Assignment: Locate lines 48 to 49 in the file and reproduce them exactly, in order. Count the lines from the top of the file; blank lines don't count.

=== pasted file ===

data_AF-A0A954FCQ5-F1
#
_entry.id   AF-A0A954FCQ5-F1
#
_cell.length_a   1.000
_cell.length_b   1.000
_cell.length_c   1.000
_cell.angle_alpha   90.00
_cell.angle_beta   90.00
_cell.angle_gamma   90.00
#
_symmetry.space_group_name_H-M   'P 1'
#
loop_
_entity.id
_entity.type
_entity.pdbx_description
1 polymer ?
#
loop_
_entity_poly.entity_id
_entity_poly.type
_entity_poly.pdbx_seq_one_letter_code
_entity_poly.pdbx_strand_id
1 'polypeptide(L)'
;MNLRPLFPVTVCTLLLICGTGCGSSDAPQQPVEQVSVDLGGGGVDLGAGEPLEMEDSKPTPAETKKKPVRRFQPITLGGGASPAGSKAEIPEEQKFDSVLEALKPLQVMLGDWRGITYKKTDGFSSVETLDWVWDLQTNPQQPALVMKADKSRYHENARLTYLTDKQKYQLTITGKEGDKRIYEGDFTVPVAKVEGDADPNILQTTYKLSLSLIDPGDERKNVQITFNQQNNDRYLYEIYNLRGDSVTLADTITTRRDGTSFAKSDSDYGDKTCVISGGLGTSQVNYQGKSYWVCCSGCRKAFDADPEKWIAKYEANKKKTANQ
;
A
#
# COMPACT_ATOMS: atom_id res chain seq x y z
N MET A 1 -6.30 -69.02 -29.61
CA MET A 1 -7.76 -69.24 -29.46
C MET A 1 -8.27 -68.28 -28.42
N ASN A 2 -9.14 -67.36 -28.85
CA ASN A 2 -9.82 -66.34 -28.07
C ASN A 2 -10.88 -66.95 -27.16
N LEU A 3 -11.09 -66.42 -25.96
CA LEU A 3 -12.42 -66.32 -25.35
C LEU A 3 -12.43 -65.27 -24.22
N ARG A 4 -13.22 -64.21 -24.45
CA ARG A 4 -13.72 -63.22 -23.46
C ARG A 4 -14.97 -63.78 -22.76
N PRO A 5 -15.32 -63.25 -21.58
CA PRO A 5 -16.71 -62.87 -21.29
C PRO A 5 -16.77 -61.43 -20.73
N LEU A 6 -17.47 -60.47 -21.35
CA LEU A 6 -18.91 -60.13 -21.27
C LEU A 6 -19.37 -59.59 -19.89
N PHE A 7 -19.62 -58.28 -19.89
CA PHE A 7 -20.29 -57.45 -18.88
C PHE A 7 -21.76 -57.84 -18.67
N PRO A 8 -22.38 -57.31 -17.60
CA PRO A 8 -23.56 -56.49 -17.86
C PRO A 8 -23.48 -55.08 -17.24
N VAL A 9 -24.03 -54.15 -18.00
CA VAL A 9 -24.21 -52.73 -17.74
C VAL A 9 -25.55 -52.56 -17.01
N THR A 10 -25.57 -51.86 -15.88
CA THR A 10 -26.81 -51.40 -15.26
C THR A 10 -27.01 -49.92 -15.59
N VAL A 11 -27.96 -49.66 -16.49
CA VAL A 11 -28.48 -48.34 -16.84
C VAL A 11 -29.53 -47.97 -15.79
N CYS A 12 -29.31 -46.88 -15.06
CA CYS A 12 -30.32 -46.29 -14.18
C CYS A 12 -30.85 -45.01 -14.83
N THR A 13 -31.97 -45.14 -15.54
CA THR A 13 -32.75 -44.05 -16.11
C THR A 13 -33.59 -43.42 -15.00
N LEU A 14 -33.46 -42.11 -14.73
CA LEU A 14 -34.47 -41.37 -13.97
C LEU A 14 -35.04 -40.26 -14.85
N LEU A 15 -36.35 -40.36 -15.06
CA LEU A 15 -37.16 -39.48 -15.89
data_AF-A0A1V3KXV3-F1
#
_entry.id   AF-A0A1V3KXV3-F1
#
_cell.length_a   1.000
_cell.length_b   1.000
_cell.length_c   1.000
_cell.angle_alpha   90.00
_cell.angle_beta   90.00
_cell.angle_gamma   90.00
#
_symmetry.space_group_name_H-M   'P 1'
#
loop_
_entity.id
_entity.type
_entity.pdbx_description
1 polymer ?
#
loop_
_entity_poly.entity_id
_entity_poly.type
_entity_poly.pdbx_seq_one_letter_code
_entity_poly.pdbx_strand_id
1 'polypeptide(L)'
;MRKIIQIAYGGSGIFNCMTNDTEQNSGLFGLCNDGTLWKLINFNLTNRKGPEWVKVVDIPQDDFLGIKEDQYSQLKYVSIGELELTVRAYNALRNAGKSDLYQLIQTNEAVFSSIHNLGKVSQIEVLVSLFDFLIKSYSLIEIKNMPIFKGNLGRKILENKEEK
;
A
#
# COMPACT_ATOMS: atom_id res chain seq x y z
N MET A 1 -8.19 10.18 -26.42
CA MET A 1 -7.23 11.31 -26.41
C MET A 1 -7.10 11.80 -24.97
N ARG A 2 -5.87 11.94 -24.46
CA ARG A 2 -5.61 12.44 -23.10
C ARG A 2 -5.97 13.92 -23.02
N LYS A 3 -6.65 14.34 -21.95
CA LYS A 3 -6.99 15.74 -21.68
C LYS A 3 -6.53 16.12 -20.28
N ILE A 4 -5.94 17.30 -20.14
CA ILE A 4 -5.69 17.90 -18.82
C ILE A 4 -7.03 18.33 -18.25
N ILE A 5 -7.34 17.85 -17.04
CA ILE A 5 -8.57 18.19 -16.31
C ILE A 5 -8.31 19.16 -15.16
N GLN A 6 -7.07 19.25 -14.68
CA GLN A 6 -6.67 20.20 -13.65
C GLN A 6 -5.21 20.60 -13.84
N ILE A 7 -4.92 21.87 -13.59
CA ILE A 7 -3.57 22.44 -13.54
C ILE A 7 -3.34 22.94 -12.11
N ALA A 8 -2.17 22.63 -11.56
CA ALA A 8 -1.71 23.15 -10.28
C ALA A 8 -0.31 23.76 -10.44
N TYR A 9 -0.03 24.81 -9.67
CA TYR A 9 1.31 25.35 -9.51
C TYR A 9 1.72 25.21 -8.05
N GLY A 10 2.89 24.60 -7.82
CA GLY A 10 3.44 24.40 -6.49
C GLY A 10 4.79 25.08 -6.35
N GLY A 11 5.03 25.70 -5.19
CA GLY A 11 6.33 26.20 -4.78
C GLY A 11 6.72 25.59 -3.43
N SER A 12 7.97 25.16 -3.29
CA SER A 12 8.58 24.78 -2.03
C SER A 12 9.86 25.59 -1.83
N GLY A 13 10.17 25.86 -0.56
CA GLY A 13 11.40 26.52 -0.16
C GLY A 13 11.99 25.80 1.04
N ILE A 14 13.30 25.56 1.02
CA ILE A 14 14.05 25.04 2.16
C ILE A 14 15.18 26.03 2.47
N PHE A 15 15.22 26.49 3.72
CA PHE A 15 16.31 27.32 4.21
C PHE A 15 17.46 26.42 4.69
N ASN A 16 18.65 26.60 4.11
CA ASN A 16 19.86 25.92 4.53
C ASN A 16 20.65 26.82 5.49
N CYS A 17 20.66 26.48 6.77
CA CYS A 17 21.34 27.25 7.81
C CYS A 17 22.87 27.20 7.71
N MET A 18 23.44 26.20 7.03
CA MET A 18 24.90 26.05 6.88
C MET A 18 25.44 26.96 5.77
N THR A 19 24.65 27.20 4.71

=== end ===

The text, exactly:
C LEU A 6 -19.37 -59.59 -19.89
N PHE A 7 -19.62 -58.28 -19.89